The Church and The Transgender Next Door
In January 2012, UK couple Beck Laxton and Kieran Cooper made headlines when they finally revealed
the biological gender of their 5-year-old child. Sasha Laxton, who was beginning to enter school, was announced to be a boy. At birth, the young Sasha was referred to as “the infant,” and, at 3, was on the cover of the family Christmas card wearing a pink tutu. For Sasha’s parents, he was given the freedom to decide who and what he wanted to be, unrestrained by cultural biases. Sasha’s family is just one among a growing trend in gender-neutral parenting. There are online communities, personal blogs, and even books describing how parents can let their children have the liberty to discover their true selves.
In 2013, California governor, Jerry Brown signed a bill allowing transgender public school students to choose which bathroom they would use and sports teams they would play on. Last month, ABC News featured a family whose young daughter insisted that she was a boy. The parents adapted to their daughter’s belief, cutting her hair, changing her clothes, and thereafter referring to her as “he.” According to one gender therapist, the parents gave their child a gift by adapting so early.
Each of these stories demonstrates a growing cultural belief that gender is changeable, self-determined, and not essentially related to one’s biological sex. They claim that a child’s anatomic gender may not necessarily be the gender she identifies with or indicate her sexual orientation. Basically, someone’s biology at birth is just one of many factors determining which gender (if any) that person truly is.
How did this category of gender identity become so culturally defined?
That’s where this gets interesting. According to sources like GenderSpectrum.org, gender is a social construct, meaning that it was created, determined, and developed by society. Gender “is actually taught to us, from the moment we are born. Gender expectations and messages bombard us constantly. Upbringing, culture, peers, community, media, and religion, are some of the many influences that shape our understanding of this core aspect of identity. Gendered interaction between parent and child begin as soon as the sex of the baby is known. In short, gender is a socially constructed concept.”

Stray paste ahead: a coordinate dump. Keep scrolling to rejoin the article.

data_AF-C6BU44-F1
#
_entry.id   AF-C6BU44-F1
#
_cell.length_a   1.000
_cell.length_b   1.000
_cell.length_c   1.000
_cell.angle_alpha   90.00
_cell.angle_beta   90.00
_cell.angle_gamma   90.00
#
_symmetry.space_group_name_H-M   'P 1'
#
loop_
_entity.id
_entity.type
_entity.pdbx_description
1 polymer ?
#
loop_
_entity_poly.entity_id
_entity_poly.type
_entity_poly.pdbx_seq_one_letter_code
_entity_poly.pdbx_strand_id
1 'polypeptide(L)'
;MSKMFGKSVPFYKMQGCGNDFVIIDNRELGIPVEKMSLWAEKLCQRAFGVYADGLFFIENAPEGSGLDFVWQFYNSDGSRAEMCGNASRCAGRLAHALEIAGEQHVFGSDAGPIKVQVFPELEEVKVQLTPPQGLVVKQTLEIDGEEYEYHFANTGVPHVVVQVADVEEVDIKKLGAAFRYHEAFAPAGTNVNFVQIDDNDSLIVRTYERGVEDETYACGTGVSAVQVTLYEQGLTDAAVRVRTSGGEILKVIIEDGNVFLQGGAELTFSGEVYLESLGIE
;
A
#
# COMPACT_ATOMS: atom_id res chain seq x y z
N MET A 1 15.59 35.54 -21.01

According to this definition, gender changes with time just as society does.
If gender is something determined by society, then it only makes sense that it will adapt to its environment. If society is the standard or principle around which we organize gender identity, then a person’s anatomy is simply one factor among many in determining one’s gender. If we have the ability to determine our gender identity, then to insist on specific gender expressions based on biology is actually holding us back from discovering our true selves. As long as humanity is the hinge around which our view of gender identity revolves, it will change with the times.
As concepts like gender bending, gender-neutrality, transgenderedness, and even asexuality become more mainstream, how do we respond? Here are three, cumulative points to consider:
Biology Cannot Be Separated from Gender Identity
The gender-neutral/transgender community claims that one’s biology is distinct and separable from one’s true gender. But, while gender is not an exclusively biological aspect of humanity, it is in harmony with one’s biology. As Russell Moore says, “Ultimately, the transgender question is about more than just sex. It’s about what it means to be human.” Addressing whether a converted transsexual ought to return to living as a male, Moore points out that one’s gender cannot be changed by a surgical procedure. A man who undergoes a sex change does not actually alter his male identity.